Magenta Lines

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  • Magenta Lines

    So, I see this rusty instrument-rated pilot who I'm tuning up on instruments spending a bunch of time looking at the GPS moving map when he's looking to intercept a course, and also to maintain his course when established. I turn off the map and suggest that he use the (digital) HSI. He says that his instructor for the instrument rating encouraged him to use the moving map to steer by.

    Good grief. And I wondered why in prior sessions he was so ragged flying raw VOR data (without the GPS being direct to the VOR waypoint).

    And this other instructor guy is still out there actively instructing instruments.

  • #2
    Hmm,maybe a word with local examiners.

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    • #3
      Originally posted by Scott Dyer HPN/NY View Post
      Good grief. And I wondered why in prior sessions he was so ragged flying raw VOR data (without the GPS being direct to the VOR waypoint).
      Might benefit from some time using some of the online navigation simulators. Spend time practicing the old-style tracking skills.


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      • #4
        Scott,

        Told here before, but may help make your point with Rusty Student:

        IFR/IMC going to KPNE from KAGC, I got sent off V12, direct LRP, ... I tuned and idented LRP, which is co-located with KLNS, and has the same name, "Lancaster". Being too familiar with the area, I plugged "LNS" (note the missing "K"), and not the less-familiar "LRP" into the yoke mount GPS. GPS and VOR courses diverged by about 5 degrees. I decided to stay with the VOR needle, figuring that's what the controller at Harrisburg Approach expected. Good thing I did.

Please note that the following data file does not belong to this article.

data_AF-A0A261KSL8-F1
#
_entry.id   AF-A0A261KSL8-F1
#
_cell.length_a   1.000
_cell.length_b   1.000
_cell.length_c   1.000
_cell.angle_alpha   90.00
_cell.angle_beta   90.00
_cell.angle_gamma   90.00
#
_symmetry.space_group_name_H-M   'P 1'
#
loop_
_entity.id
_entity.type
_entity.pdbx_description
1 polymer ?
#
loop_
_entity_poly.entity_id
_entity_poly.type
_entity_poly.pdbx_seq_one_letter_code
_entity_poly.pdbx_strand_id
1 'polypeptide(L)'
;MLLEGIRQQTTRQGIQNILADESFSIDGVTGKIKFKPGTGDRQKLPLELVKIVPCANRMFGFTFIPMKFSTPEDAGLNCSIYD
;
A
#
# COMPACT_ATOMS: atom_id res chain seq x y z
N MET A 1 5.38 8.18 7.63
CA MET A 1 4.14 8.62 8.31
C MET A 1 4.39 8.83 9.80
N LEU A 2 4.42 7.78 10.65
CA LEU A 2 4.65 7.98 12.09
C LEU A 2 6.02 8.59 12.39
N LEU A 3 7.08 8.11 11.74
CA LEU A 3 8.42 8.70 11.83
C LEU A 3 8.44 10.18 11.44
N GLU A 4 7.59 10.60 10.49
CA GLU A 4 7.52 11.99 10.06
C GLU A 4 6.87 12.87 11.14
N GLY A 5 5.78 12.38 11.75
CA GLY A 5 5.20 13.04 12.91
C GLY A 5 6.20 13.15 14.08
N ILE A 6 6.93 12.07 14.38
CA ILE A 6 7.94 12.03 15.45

Flying along, the VOR/GPS divergence increased slightly, while I was expecting a decrease.as I got closer. Then I took a another look at the GPS. I still had 4000+ NM to fly to the LNS NDB in Brazil.

        As Radny says, "Pay 'tenshun, Lt!"
        Life may not be the party we hoped for, but while we're here, we should dance.

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        • #5
          Originally posted by Ray Tackett View Post
          As Radny says, "Pay 'tenshun, Lt!"
          Chuckle, yup, sure's been good advice (and sometimes even muttered to myself).

          best, randy

          Comment


          • #6
            I instruct my students to use all available information. Of course, need to make sure they can do it without the moving map, but if the moving map is there, intercept angle is very clearly displayed and it is a shame to see people NOT using it when it is there.

            PS - I also use calculators.

            Comment


            • #7
              Originally posted by Larry sreyoB View Post
              Might benefit from some time using some of the online navigation simulators. Spend time practicing the old-style tracking skills.

              Larry -- Yes, that's good. We did spend a fair bit of time on good-old no moving map VOR nav so he got sharper that way. But when we transitioned back to the GPS with the map, the map was all-consuming.

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              • #8
                Originally posted by John O'Shaughnessy [FCM